Sunday, October 24, 2010

Schönweisse and Bonus Kettles

10/10 - Brewed a 5gal batch of my German-style Wheat Beer, Schönweisse. Got a pitch of the Wyeast Weihenstephan yeast from my Doctor and I want a Weizenbock for Christmas this year, so I figured a batch of my weissbier was necessary. I really like this style of beer; really, really like it. I'm partial to Fransiskaner but I like the Schneider biers best. Schneider Original has a great balance of yeast character; nice spicy phenols just edged by banana esters & great balance of grain character; the texture of malted wheat combined with a rich malt flavor for an excellent toasted bread-like quality. I've brewed my Weiss over the years with varying amounts of malted wheat trying to find the sweet spot; always figuring more was better anywhere from 50% to 100% of the grain bill. Pretty decent results, but as I got closer to the high end of malted wheat I liked the beers less and less because of a heavy milkshake-like texture. The current version is 30%-35% wheat with the balance made up of equal parts Vienna and Dark Munich malt; great for nice deep toasted bread flavors and just a bit more color than most commercial versions. I schedule for 18 or so IBU and ferment at standard ale temps for a relatively mild yeast character. My preference is for a more refined flavored Weissbier, yeast flavor should be just moderate for a well balanced flavor profile and drinkability. I had just finished Stan Hieronymous' new "Brewing with Wheat" book; I mashed in at 90F to hydrate and the first rest was at 113F for a ferulic acid rest in order to promote clove phenol production during fermentation & I split the 5 gal brew length into two 5 gallon carboys thinking that a shallower fermentation would promote ester production. The gravity sample wort was very tasty but I haven't been into the beer since. I had planned on brewing the Weizenbock this weekend but couldn't get it together, oh well, another week in the tank isn't fatal. The Weizenbock is just a bit short of being a Double Schönweiss; same base grain bill but with the addition of Cara-Munich, Chocolate malt, and Special-B. The Wyeast 3068 yeast flavors compliment the rich dried plum & chocolate malt flavors of those specialty grains very nicely. Alcohol just a bit on the high side for style and a robust terminal gravity will make for a very festive bier indeed.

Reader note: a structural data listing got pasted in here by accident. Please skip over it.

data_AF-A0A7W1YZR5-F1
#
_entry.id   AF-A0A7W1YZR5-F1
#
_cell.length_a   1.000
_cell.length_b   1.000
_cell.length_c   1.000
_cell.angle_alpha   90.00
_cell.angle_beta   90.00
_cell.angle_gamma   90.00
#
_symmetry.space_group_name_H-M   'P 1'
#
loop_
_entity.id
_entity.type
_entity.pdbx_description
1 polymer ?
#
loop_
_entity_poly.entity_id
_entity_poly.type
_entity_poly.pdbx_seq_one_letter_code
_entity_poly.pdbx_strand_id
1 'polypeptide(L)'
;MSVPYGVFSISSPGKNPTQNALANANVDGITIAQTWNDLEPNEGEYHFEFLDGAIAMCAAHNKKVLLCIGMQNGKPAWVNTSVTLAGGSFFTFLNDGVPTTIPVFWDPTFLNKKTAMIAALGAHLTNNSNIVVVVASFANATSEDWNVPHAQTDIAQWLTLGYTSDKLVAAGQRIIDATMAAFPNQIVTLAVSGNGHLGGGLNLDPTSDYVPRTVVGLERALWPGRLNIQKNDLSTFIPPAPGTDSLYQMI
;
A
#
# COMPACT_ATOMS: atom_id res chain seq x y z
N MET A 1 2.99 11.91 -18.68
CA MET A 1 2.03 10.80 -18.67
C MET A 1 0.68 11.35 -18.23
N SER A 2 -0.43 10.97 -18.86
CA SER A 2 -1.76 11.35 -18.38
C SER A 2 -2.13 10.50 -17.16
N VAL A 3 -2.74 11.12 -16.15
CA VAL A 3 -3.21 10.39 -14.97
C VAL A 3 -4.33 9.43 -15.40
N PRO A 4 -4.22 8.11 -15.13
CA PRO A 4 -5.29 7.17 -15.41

So, I couldn't get a brew in this weekend but there was an interesting development in the home brewery. An old North Seattle Homebrew Club-mate posted to the list that he was selling his setup. Boom! I'm all over that and now I'm the proud owner of 2 converted keg brewing vessels (work done by Bob at Bob's Homebrew Supply; killer, high quality work), the goods for HERMS-style brewing (March pump, copper manifold, copper coil, hoses, etc.), a high efficiency copper counter-flow chiller (with the convoluted interior for acres of surface area), another 20# CO2 tank, another burner, and another 6.5 gal carboy. Yay! This will all come in handy for plans I've been mulling over to get equipped for two 10gal batches at a time. We'll see, if I'm feeling frisky next weekend I'll roll two batches at the same time. Really need to get on the ball with the rest of the Christmas beers.

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